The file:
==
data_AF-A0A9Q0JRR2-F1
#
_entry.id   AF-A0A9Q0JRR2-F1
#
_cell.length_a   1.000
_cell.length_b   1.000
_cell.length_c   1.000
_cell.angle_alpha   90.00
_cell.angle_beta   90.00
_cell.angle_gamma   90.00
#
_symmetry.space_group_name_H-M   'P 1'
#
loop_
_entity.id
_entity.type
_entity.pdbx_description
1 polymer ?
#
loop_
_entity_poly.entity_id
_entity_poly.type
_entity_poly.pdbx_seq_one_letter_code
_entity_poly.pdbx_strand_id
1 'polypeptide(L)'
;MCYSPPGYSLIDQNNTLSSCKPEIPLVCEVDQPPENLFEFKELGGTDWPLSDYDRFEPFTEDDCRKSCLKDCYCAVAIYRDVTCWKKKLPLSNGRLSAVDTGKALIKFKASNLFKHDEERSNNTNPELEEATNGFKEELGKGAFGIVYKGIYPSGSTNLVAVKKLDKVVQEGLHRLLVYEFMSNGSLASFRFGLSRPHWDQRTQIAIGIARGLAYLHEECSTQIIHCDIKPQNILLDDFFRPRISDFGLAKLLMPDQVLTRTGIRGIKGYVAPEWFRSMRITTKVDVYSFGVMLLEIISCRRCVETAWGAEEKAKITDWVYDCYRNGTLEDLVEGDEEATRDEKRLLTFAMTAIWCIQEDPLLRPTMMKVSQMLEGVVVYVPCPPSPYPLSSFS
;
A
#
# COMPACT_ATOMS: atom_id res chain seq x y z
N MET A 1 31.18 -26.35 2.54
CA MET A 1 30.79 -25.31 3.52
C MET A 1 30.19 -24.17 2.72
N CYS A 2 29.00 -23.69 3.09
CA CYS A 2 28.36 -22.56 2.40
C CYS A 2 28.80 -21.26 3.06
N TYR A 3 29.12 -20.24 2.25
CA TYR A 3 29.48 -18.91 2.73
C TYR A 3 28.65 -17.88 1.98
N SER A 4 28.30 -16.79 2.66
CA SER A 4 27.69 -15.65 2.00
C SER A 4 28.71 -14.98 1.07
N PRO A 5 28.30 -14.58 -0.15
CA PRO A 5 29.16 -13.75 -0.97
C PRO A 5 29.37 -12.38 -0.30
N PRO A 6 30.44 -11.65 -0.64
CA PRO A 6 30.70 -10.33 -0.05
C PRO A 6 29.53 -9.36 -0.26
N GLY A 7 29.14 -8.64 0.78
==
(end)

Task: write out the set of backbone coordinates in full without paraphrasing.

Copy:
data_AF-A0A9Q0JRR2-F1
#
_entry.id   AF-A0A9Q0JRR2-F1
#
_cell.length_a   1.000
_cell.length_b   1.000
_cell.length_c   1.000
_cell.angle_alpha   90.00
_cell.angle_beta   90.00
_cell.angle_gamma   90.00
#
_symmetry.space_group_name_H-M   'P 1'
#
loop_
_entity.id
_entity.type
_entity.pdbx_description
1 polymer ?
#
loop_
_entity_poly.entity_id
_entity_poly.type
_entity_poly.pdbx_seq_one_letter_code
_entity_poly.pdbx_strand_id
1 'polypeptide(L)'
;MCYSPPGYSLIDQNNTLSSCKPEIPLVCEVDQPPENLFEFKELGGTDWPLSDYDRFEPFTEDDCRKSCLKDCYCAVAIYRDVTCWKKKLPLSNGRLSAVDTGKALIKFKASNLFKHDEERSNNTNPELEEATNGFKEELGKGAFGIVYKGIYPSGSTNLVAVKKLDKVVQEGLHRLLVYEFMSNGSLASFRFGLSRPHWDQRTQIAIGIARGLAYLHEECSTQIIHCDIKPQNILLDDFFRPRISDFGLAKLLMPDQVLTRTGIRGIKGYVAPEWFRSMRITTKVDVYSFGVMLLEIISCRRCVETAWGAEEKAKITDWVYDCYRNGTLEDLVEGDEEATRDEKRLLTFAMTAIWCIQEDPLLRPTMMKVSQMLEGVVVYVPCPPSPYPLSSFS
;
A
#
# COMPACT_ATOMS: atom_id res chain seq x y z
N MET A 1 31.18 -26.35 2.54
CA MET A 1 30.79 -25.31 3.52
C MET A 1 30.19 -24.17 2.72
N CYS A 2 29.00 -23.69 3.09
CA CYS A 2 28.36 -22.56 2.40
C CYS A 2 28.80 -21.26 3.06
N TYR A 3 29.12 -20.24 2.25
CA TYR A 3 29.48 -18.91 2.73
C TYR A 3 28.65 -17.88 1.98
N SER A 4 28.30 -16.79 2.66
CA SER A 4 27.69 -15.65 2.00
C SER A 4 28.71 -14.98 1.07
N PRO A 5 28.30 -14.58 -0.15
CA PRO A 5 29.16 -13.75 -0.97
C PRO A 5 29.37 -12.38 -0.30
N PRO A 6 30.44 -11.65 -0.64
CA PRO A 6 30.70 -10.33 -0.05
C PRO A 6 29.53 -9.36 -0.26
N GLY A 7 29.14 -8.64 0.78